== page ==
How to cultivate a pollinator-friendly garden

front lawn into pollinator-friendly habitat
Linden Hills resident Bob Brunmeier converted his entire front lawn into pollinator-friendly habitat earlier this summer. Photo by Becca Most

Linden Hills resident Bob Brunmeier no longer owns a lawn mower or a weed wacker. In fact, he no longer has to worry about lawn care at all.

His front yard, sidewalk boulevard and backyard sprout purple prairie asters, false indigo and creeping thyme. Laid carefully in a bed of mulch, a grouping of native joe-pye weed flourishes, and a couple of shrubs hold the soil in place. What you won’t find on Brunmeier’s property: grass.

Brunmeier is one of many Southwest residents planting pollinator gardens — replacing a traditionally cut and manicured turf lawn with native flowers, clover and other bee-friendly plants. The gardens retain water and prevent drainage of chemicals and soil into nearby lakes, while providing habitat for bees, butterflies and other insects.

And beyond those benefits, Brunmeier said, his pollinator garden also looks better than his old lawn.

“It’s such a win-win-win you kind of wonder why everyone doesn’t do it,” he said with a laugh. “People just will stop and compliment me on the project. … They never complimented me on my old weedy dandelion grass.”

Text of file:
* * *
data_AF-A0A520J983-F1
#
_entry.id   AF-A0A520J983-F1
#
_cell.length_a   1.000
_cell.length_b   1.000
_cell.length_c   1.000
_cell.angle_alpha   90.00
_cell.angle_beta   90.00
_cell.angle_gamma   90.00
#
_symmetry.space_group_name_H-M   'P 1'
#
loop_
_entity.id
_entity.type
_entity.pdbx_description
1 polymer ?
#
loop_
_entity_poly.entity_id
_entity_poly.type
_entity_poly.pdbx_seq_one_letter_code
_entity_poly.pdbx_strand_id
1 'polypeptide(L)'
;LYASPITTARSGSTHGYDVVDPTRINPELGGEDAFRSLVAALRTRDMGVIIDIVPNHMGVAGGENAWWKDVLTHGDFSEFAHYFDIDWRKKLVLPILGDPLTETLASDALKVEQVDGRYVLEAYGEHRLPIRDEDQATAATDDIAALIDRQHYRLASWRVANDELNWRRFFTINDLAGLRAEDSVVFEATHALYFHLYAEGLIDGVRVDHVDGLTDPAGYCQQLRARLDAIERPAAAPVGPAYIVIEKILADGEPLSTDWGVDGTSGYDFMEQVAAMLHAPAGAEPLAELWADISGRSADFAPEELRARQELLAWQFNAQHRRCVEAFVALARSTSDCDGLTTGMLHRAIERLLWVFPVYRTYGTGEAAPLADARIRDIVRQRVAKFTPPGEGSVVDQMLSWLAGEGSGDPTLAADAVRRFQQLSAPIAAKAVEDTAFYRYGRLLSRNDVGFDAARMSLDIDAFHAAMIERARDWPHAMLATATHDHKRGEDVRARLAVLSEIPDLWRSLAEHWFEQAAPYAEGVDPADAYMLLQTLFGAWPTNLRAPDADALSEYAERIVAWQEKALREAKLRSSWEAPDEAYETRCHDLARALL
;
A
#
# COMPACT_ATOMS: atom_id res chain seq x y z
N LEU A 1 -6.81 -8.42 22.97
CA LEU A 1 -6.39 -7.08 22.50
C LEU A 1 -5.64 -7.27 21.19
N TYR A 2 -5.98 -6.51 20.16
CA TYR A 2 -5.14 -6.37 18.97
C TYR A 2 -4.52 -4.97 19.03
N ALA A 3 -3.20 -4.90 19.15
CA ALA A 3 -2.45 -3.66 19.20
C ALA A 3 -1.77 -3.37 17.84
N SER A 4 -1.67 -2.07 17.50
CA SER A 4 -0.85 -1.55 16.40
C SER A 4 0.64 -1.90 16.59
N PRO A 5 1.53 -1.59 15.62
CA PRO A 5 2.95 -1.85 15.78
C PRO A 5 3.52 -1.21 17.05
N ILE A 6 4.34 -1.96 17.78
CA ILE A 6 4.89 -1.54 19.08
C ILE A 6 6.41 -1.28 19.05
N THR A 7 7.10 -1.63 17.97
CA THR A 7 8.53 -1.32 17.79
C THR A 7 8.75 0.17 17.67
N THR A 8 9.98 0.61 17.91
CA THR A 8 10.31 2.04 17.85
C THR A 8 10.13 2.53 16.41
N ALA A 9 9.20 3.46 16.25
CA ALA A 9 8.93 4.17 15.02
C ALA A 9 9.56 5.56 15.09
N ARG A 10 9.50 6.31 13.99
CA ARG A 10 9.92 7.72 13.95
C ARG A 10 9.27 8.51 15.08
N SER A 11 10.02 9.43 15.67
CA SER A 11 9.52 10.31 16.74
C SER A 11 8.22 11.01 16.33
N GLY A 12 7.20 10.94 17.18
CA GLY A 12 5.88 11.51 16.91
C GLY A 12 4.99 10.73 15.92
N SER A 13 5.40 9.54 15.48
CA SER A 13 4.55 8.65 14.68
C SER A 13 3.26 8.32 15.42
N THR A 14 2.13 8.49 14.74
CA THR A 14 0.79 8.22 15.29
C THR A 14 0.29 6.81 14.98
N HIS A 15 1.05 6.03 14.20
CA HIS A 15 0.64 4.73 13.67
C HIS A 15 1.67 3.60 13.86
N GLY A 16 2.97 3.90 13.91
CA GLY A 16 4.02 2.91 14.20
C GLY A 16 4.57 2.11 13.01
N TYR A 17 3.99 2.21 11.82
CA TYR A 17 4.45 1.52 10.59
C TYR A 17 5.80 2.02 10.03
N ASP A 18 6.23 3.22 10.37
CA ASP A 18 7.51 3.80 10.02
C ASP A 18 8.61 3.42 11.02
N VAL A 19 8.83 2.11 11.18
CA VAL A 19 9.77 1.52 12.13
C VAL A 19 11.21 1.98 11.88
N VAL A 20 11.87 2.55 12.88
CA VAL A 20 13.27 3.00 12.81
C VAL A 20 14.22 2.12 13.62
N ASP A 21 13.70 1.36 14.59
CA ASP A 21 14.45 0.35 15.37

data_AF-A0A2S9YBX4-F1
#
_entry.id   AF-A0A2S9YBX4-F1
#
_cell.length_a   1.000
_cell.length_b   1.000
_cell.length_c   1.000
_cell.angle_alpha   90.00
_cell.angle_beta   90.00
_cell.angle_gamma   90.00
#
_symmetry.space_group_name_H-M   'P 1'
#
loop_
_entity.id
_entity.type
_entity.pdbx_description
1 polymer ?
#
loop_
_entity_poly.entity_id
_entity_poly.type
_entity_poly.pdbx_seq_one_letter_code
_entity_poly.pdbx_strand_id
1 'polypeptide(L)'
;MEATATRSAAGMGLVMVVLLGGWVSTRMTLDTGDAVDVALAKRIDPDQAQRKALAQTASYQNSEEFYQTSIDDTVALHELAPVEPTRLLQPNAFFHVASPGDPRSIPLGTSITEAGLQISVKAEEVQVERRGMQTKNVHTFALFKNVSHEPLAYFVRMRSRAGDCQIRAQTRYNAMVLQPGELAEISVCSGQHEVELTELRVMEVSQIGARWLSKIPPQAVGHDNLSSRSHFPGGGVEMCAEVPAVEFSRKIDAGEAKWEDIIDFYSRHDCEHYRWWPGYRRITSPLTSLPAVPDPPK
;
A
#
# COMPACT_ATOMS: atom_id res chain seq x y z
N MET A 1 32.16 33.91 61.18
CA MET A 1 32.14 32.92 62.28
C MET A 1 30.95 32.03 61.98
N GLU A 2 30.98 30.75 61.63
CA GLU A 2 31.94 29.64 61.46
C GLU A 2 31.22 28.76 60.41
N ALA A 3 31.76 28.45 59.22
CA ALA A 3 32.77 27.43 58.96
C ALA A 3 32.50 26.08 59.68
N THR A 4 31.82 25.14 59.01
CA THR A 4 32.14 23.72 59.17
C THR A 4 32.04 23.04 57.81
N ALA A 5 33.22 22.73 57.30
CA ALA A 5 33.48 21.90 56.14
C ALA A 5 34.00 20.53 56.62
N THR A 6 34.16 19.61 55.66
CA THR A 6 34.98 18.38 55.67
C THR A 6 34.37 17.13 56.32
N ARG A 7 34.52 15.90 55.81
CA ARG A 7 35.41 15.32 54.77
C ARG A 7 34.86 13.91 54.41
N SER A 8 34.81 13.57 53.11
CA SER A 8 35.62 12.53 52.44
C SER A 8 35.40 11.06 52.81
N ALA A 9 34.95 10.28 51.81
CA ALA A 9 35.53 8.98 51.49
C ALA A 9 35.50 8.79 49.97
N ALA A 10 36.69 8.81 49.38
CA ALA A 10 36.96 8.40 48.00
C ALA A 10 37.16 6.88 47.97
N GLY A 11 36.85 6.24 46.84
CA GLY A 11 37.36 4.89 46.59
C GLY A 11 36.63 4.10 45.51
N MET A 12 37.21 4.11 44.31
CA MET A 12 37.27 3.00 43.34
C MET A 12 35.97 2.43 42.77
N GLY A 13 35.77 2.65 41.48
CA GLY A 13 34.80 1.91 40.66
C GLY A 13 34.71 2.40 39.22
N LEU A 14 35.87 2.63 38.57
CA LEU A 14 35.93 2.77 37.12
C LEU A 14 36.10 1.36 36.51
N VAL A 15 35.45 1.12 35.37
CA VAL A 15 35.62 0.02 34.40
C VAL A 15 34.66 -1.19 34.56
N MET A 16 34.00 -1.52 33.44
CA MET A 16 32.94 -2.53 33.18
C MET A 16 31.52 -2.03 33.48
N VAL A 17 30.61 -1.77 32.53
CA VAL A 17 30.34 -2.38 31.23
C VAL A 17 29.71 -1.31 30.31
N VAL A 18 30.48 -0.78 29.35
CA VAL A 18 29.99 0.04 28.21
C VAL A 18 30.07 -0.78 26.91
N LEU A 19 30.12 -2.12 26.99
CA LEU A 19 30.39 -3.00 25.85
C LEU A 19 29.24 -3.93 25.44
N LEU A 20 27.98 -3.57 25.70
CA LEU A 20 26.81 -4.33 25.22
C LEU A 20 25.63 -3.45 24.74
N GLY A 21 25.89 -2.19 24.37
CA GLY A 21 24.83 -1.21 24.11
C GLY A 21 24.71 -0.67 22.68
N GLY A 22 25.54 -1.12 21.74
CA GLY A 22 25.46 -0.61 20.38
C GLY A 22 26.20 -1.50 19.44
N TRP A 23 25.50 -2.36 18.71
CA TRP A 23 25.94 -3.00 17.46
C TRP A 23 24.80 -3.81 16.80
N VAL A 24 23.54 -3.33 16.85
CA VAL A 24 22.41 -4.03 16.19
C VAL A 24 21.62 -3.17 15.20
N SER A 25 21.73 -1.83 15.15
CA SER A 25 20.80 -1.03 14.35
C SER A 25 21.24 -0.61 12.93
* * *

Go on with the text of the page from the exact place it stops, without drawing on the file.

Although not a Master Gardener by any means, Brunmeier said there are a lot of resources out there for people who want to get started. While he just finished planting a couple of months ago, he’s found the amount of activity in his lawn rewarding.

“There are bees there all day long every day and you can kind of stare at them. It’s mesmerizing, actually,” he said. “There’s a constant buzz of activity — no pun intended. It’s just kind of fun to watch them do their thing.”

pollinator garden
Kingfield resident Melinda Ludwiczak stands by one of her pollinator gardens on Aug. 3. Photos by Becca Most

Minnesota is home to over 400 species of native bees, but colony decline is rapid because of habitat loss, pesticide use, climate change and other factors. The data on native bees is less known than that of honeybees — a 2017 study from the Center for Biological Diversity found that more than half of the native bee populations studied were in decline and a quarter were facing extinction. The monarch butterfly, another pollinator, mirrors that trend; the species’ population has dropped nearly 80% since the 1990s, according to the 2017 Minnesota State Agency Pollinator Report.

James Wolfin, a manager for the Lawns to Legumes program, is working to prevent further declines. Approved for funding in 2019, the program helps Minnesotans create and cultivate pollinator-friendly spaces in their residential yards. This year was the first time the program gave grants to homeowners to create garden spaces on their property and reimbursed gardeners up to $350 for supplies, plants and labor.

The program’s website is full of tips and guidance for homeowners, like which plants to buy and how to design a pollinator lawn. The team also has master gardeners available on call to answer any questions and offer advice.